Broadcast: News items

New lab honours founding physicist

Verena Smith officially opens a physics lab named in honour of her late husband Professor Ken Smith, founding Professor of Experimental Physics at Sussex

Students try out the new Professor Kenneth Smith MPhys lab in Pevensey II

A new lab to teach experimental research techniques to undergraduate physicists has been named in honour of Ken Smith, founding Professor of Experimental Physics at Sussex, who died last March.

Professor Smith’s wife, Verena Smith, was on campus on Friday (1 February) to formally open the lab, which will be used by students studying for MPhys degrees.

Family, friends and former colleagues also attended the inauguration event in Pevensey II.

At the event, Professor Philip Harris, Head of Physics and Astronomy, spoke of Professor Smith’s legacy to physics at Sussex.

He said: “I think that he would be proud to see what has become of the Department today.

“When so many experimentalists, myself included, spend their time sitting behind computers, I think it would have given him great pleasure to know that undergraduates here are learning genuine, valuable, research-quality experimental techniques.”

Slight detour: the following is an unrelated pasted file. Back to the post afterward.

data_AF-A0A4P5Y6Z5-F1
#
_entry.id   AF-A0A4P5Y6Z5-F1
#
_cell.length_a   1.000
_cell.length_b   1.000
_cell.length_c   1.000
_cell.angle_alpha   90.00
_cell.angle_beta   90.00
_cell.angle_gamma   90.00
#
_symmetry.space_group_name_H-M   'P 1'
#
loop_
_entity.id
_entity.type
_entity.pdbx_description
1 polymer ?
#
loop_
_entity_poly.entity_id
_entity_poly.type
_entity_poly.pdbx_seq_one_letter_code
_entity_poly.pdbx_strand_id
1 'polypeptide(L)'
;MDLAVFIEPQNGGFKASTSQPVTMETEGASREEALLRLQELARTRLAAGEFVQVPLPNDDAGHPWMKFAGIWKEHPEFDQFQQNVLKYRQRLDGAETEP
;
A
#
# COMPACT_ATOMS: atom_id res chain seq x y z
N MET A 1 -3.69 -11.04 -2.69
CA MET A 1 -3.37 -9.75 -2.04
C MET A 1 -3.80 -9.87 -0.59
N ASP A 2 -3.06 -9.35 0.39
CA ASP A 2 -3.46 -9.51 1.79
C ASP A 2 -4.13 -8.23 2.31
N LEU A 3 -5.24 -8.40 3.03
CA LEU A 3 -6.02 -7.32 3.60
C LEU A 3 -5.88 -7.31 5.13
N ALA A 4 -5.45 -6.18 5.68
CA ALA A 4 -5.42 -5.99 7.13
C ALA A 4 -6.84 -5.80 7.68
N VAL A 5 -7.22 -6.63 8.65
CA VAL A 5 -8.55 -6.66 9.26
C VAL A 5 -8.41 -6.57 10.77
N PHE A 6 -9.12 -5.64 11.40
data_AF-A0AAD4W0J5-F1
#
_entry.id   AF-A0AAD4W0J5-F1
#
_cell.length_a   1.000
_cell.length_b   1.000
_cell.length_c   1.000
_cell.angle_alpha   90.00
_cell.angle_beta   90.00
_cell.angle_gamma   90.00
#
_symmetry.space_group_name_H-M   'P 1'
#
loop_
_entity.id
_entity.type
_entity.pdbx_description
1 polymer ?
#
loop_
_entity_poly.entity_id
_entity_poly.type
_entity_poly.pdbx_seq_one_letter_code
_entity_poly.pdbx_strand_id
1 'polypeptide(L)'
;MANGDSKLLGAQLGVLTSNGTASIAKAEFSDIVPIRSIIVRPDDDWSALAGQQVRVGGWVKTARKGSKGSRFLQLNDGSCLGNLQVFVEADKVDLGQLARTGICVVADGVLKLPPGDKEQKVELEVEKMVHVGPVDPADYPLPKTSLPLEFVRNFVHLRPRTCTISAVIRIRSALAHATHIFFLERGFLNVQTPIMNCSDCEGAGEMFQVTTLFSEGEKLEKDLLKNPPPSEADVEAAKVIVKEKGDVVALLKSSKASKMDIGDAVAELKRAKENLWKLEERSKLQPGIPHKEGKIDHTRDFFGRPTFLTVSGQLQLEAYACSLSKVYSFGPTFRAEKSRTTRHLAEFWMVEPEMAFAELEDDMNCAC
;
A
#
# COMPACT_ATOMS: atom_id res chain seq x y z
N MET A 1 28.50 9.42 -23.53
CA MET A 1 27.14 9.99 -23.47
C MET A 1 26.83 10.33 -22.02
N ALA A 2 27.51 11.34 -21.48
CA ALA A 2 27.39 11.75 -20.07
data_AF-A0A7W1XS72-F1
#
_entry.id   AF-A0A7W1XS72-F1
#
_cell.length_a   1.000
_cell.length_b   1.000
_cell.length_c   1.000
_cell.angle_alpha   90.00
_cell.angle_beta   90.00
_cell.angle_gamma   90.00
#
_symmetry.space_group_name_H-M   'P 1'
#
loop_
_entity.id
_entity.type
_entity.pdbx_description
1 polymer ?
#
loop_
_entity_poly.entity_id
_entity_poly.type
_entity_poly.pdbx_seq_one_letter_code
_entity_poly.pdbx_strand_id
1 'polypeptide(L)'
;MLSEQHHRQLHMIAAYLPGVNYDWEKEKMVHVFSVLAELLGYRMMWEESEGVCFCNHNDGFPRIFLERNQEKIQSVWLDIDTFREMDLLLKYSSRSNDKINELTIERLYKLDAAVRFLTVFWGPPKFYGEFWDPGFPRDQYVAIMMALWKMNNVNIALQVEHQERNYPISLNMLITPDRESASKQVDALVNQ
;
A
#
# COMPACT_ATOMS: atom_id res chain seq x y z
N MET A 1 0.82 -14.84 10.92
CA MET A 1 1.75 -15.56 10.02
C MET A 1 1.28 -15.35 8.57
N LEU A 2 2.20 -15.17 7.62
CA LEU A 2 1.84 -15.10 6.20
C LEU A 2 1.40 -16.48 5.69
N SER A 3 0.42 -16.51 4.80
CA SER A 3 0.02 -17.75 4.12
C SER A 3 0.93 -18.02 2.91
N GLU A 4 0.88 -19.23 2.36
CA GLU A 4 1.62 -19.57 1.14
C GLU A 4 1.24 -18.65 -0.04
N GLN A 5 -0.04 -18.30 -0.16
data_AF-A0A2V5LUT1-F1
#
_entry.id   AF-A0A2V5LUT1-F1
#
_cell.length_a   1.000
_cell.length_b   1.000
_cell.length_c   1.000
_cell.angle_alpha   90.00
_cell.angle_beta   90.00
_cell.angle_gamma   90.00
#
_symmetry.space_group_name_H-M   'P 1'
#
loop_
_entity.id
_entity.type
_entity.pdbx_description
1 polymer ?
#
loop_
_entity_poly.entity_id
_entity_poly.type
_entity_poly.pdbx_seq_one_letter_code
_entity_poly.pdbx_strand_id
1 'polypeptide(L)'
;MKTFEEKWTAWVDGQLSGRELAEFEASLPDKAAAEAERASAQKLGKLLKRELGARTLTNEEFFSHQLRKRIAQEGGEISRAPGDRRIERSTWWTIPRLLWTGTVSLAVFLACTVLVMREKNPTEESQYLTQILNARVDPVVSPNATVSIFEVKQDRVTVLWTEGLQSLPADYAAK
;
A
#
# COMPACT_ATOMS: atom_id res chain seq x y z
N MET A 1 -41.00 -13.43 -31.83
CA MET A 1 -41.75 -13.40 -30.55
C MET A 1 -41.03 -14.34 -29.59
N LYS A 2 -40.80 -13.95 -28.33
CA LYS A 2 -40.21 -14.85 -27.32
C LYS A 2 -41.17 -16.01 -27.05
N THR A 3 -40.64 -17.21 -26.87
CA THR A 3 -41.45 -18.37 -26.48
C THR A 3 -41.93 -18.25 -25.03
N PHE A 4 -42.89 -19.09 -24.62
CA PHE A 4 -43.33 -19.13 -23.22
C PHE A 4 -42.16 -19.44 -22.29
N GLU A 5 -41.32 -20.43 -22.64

Professor Smith, who enjoyed an international reputation as an outstanding experimentalist, joined the University while the campus was still being built.  Over the next three decades, as well as developing a new research activity in which the Department is now world-leading, he made substantial contributions to laboratory teaching in particular. He also played his part in the administration of the Department, serving as the first Chairman of Physics, and then as Dean of the School of Mathematical and Physics Sciences (MAPS) and later as Laboratory Director. He retired in 1988.

His death last year, at 88, coincided with the 50th anniversary of the University’s foundation. Professor Harris highlighted the key role played by Professor Smith in these early years.

He said: “Still employed by Cambridge in 1960, he and his research group would meet at the Old Ship hotel in Brighton to discuss details of the undergraduate curriculum, while the campus here was still a muddy building site.

“Ken worked closely with architect Basil Spence to make this building, Pevensey II, fit for purpose as an outstanding physics laboratory, so it is all the more fitting that in its newly refurbished state the MPhys lab should find its home here.”

Posted on behalf of: Physics and Astronomy
Last updated: Monday, 4 February 2013


If you'd like to leave a comment, enter your ITS username, password, and your comment. The comment may need approval before it is displayed, so don't expect your comment to appear right away.

By submitting a comment you are agreeing to the Acceptable Use Policy.